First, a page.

In Spain’s large cities during the past year, the number of overnight stays offered in private tourist lettings exceeded those available in hotels for the first time.
This trend has been increasing for some time and the latest figures released for April 2017 show a total of 9.7m overnight stays in non-hotel accommodation.
The figures include private apartments, campsites and rural B&Bs.
The figure represents an increase of 41.2% compared with April 2016.
The impact of websites such as Airbnb and Wimdu has been significant.
Private property owners can now rent out their apartment with ease and don’t have the overheads of large hotels. This has led to concern from the hoteliers.
Although, hotels in Spain have had a bumper year, due to the record number of tourists who visited Spain, there are worrying signs for the future as now they have major competition.
The figures for rentals shows that the majority were actually Spanish citizens; over 1.4m out of a total of 2.3m holidaymakers.
The next biggest market were EU citizens with nearly 800,000.
The number of nights booked by non Spanish residents naturally exceeded those by Spanish nationals.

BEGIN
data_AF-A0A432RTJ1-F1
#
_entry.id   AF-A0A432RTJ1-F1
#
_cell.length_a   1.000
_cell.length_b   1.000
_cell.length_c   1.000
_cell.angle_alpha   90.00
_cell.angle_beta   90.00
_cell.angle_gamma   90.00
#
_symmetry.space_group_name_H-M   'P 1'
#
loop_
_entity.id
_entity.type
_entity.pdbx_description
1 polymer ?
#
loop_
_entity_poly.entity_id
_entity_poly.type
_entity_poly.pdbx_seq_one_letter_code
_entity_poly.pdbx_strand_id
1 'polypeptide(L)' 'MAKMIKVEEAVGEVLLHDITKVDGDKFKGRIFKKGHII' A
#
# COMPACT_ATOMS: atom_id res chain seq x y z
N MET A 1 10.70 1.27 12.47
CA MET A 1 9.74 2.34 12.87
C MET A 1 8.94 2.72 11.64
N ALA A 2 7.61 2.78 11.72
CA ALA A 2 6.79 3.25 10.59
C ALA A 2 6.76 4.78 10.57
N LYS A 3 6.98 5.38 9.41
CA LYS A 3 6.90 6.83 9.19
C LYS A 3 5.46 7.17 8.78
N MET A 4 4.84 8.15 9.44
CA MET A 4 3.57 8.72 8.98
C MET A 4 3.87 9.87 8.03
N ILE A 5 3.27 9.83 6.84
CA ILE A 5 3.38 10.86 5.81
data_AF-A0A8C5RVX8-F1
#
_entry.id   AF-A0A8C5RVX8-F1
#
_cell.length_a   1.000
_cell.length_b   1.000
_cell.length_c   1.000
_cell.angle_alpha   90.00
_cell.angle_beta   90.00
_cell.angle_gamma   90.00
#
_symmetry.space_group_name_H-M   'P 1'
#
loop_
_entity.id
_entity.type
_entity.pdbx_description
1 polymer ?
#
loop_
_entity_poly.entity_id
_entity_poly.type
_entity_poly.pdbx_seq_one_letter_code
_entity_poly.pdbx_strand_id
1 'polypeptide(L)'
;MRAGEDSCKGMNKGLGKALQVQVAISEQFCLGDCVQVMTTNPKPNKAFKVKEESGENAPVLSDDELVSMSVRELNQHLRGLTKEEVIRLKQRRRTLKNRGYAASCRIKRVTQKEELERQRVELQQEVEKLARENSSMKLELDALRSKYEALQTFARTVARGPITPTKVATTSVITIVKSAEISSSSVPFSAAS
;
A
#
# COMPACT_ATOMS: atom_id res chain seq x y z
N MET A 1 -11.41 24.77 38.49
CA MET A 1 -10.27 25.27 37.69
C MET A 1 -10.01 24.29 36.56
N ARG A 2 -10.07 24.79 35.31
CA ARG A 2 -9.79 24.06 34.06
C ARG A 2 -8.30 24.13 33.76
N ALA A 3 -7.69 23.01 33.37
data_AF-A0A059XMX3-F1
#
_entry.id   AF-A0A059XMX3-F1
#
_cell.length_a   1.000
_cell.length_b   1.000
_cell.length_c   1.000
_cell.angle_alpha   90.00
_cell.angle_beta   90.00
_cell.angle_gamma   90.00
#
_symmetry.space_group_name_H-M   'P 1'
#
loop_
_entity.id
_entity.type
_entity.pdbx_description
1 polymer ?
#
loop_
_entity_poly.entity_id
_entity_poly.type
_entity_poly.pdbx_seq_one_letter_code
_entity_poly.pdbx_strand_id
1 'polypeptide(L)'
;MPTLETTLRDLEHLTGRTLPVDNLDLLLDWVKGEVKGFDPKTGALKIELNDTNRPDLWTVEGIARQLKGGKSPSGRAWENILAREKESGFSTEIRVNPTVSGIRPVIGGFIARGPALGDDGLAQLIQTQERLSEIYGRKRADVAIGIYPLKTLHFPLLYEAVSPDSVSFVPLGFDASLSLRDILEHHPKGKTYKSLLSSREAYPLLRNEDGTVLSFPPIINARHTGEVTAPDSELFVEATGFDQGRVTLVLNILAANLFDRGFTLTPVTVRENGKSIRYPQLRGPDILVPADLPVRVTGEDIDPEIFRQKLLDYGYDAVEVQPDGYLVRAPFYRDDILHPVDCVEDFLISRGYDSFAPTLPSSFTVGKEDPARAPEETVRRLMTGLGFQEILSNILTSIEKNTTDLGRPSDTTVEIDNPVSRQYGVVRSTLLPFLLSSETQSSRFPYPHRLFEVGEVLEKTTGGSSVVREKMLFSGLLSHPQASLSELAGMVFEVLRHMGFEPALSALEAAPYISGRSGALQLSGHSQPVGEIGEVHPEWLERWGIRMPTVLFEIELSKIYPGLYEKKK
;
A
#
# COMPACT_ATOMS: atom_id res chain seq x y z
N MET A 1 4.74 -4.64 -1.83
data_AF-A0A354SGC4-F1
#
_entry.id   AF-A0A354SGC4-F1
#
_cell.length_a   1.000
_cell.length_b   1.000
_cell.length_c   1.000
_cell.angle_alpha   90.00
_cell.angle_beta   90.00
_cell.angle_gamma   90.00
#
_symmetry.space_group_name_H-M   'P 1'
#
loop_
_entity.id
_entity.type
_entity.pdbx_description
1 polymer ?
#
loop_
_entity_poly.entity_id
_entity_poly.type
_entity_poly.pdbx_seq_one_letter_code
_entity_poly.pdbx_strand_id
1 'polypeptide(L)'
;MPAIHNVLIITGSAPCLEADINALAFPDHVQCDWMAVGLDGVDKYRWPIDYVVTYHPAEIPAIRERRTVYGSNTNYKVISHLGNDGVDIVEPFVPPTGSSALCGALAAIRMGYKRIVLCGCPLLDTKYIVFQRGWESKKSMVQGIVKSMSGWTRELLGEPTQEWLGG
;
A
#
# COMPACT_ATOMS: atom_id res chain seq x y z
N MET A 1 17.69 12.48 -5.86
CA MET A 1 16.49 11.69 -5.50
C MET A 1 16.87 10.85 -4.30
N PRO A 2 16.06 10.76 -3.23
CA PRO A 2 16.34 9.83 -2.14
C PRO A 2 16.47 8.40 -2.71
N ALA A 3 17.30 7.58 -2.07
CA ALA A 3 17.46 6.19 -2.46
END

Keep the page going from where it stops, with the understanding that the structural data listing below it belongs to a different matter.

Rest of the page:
There are moves to combat this growing trend.
Barcelona has seen some organised demonstrations in recent months.
Many feel that the city is becoming swamped by tourists, not only from private apartment bookings but also the large number of cruise ships that visit the city.
In Madrid, the problem is forcing residents out of many suburbs as they become priced out of the market.
In many areas, such as Malasaña, landlords prefer to use websites such as Airbnb to rent out their properties on a nightly basis.
The income that can be received as a holiday let is in many cases three times the typical monthly rental.
Madrid has experienced a nearly 15% increase in rents over the past 12 months.
In holiday hotspots such as Torrevieja and Orihuela Costa, it is also increasingly difficult for locals to find long term accommodation.
Landlords prefer the opportunity to receive high weekly income during the busy months of July and August.
The authorities are under pressure to curb this problem, both from residents and the hotel groups.
The necessity for a private landlord to hold a tourism licence has been introduced throughout Spain.
The requirement is being imposed and examples made of non compliant landlords by way of significant fines.
If you have a property in Spain that you either rent out as a holiday let or are thinking of doing so, please don’t hesitate to contact us.
We have helped many clients to ensure that their obligations are being met.
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